Local man still rides BMX track despite being paralyzed

During Sunday's Carson City BMX race at the Edmonds Sports Complex, Trevor Snowden made exhibition runs on his four-wheel "Electroquad."

Snowden, who was paralyzed from the waist down in a snowboarding accident in 1997, is working on a production model of the battery-powered vehicle. He describes it as part BMX bike, part electric wheelchair and part off-road motorcycle.

He jumped 2 feet in the air off a "table top" on the dirt track while racers and their families cheered.

"Look at him go," hollered the announcer. "He's got four-wheel disc brakes --Ethe car I drove here in doesn't even have four-wheel disc brakes!" Snowden's rig also has full independent suspension.

After he finished, young BMX riders in black-and-red race gear asked questions.

"I think it's great because it gives all the people who are disabled a chance to race BMX," said Matt Pool of Reno, who placed first in his category, or "moto."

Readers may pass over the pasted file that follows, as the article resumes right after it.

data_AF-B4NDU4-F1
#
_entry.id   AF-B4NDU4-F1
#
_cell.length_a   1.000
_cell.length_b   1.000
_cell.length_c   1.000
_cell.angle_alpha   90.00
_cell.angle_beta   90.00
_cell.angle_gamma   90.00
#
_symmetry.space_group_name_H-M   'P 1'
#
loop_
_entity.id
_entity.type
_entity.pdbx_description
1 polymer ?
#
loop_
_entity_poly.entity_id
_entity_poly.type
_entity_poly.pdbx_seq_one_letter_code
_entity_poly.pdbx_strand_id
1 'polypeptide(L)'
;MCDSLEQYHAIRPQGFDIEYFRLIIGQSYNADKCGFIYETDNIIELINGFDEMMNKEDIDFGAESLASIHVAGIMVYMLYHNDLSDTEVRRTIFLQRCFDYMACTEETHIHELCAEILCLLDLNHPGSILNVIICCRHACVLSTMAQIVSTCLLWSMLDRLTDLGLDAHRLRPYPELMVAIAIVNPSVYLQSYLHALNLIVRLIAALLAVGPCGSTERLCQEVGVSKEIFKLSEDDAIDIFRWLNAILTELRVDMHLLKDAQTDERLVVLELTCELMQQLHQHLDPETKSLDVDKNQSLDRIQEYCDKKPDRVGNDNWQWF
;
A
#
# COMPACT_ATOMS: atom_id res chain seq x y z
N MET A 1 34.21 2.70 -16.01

"If that hits product, all the people that dream of racing will be able to race and go to nationals. It's one of the best ideas in the ABA I've seen yet." He was referring to the American Bicycle Association, which sanctions most BMX races.

Snowden transported his Electroquad to the track from Indian Hills in a customized Dodge Van.

"It's like a garage on wheels," he said as he prepared the Electroquad for riding.

Eight-year-old C.J. "Corndog" Loomis hung around outside the van, asking if he could try it.

Snowden is a one-man race team, acting as van driver, pit boss, electrician, mechanic and racer. He's working on a new model that will be half the weight with a wider wheel base and twice the power.

"Then I'll be able to do 40, and that's fine," he said with smile.

The newer, faster version will be a production prototype he can take to manufacturers.

"This one is sort of the prototype prototype," he said.

He hopes to create something that can be mass produced so other people in wheelchairs can ride the Electroquad.

"That way, they'll have the opportunity to do something other than wheelchair basketball and tennis. And it'd be so cool that all the kids would want one."

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